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Coming to San Diego directly out of the Code for America program in 2014, Maksim Pecherskiy was enthusiastic about forwarding the city's open data initiative to make data more transparent to citizens. The effort, in his view, would help make the city's government more efficient, while bringing the power of data to bear on civic problems.
He maintained that enthusiasm, even as he began his first burdensome task as chief data officer for the City of San Diego. That was to take an inventory -- to create a data catalog of the many data assets of the city's many departments. Doing so, and using the underlying data catalog software, was an education process for all concerned, he said.
But as the process unfolded, Pecherskiy found a welcome side effect to the opening up of data for San Diego residents -- the data catalog proved to be a big step toward opening up data to San Diego city workers, as well.
The cataloging project was a big undertaking. "Initially, it was just me. It was a manual process," he said. "Eventually, I worked with about 65 coordinators to create the data catalog."
The data sets documented in the data catalog were diverse: relational data from multiple versions of Oracle and SQL Server databases; geospatial data; Excel spreadsheet data; information from internet of things devices, such as smart parking meters; and more.
"We had to educate people in terms of what we were looking for when we said data," he said. "The result was the first holistic look at the data we had."
Streets of San Diego
An early part of the open data initiative was StreetsSD, which is a website that lets residents interactively view street conditions and repair plans. The application opened up new views of data for city departments too, and a data catalog helped in that mission.
During the course of creating his data catalog, Pecherskiy discovered an issue common to data integration projects -- different departments had different definitions for similar data elements. An example was a mile.
"For the streets maintenance department, a mile was a paved mile, but for other departments, it was more like the mile as most of us know it," he said.
To sort through such vocabulary issues, and to format data from diverse silos for wider consumption, Pecherskiy used Alation Inc.'s data catalog software. It enabled his team to create metadata to explain the lineage of data points, as well as to trace queries launched against data sets. In that sense, it acts as an interactive data catalog.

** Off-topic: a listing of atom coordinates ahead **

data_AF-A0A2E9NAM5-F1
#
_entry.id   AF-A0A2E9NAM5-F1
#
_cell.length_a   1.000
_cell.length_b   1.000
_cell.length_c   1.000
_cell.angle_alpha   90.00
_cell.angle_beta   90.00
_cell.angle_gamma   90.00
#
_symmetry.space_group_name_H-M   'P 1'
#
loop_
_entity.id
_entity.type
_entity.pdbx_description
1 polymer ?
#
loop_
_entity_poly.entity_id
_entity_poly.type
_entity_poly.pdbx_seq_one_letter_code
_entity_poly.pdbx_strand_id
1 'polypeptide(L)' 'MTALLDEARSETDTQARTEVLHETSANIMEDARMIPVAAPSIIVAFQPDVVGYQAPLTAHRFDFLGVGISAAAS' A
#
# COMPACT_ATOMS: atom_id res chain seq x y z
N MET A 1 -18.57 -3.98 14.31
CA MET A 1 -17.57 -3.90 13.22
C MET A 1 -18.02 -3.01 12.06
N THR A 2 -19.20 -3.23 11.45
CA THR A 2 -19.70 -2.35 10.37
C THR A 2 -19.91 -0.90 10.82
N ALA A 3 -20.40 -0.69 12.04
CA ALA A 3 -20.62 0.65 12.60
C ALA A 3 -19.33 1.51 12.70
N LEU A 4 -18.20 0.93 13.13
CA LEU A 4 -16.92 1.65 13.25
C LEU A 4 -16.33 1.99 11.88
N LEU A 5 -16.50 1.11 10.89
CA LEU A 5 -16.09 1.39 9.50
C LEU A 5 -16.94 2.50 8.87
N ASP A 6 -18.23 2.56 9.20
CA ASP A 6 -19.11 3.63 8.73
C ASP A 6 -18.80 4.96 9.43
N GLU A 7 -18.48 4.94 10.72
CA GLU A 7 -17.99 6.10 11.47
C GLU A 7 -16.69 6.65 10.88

Data catalogs: The new black
According to "Data Catalogs Are the New Black in Data Management and Analytics," a recent report from analyst group Gartner, such data cataloging technology is finding wider use as the need to document and curate inventories of distributed data grows. Gartner counts Alation, along with Attivio, Collibra, Cambridge Semantics, Informatica and others, as providers of data catalog software.
Use of the Alation software goes beyond simple cataloging, as described by Pecherskiy. "The Alation software helps you look at query logs," he said. "It also provides a web interface that supports self-service for users."
Maksim Pecherskiychief data officer, City of San Diego
Having such an "abstraction layer across the diverse systems" is an essential element in the City of San Diego's open data initiative, he continued. "We couldn't have done any of the things we needed to do if we didn't understand the data."
Additionally, a useful part of the Alation suite, said Pecherskiy, is an R language package that helps automate steps in data handling processes for reporting.
Another tool employed as part of the overall program, he said, was data science task scheduling software known as Airflow. This was ceded to the open source community by online accommodations broker Airbnb, which originally developed it; the software serves to help manage the data workflow, according to Pecherskiy.
Data catalog discovery
The process of opening up data has, in turn, opened up a window into all kinds of city data. With a better view into the city's data collections, planners can make more informed decisions, Pecherskiy said.
Information on street paving plans, for example, can reduce a common source of citizen outrage -- the recently paved street that is subsequently dug up to lay a new water pipe.
Open data has also helped planners optimize routes used by city trucks moving supplies to reduce traffic congestion at peak times of day, and to cut order backlog, according to Pecherskiy.
Such examples show how open data initiatives for the public can become catalysts for better use of data internally, he said. This can help create a new mindset around data.
"Now, people are turning more toward thinking of data as an asset and problems as things that can be solved by using data creatively," Pecherskiy said.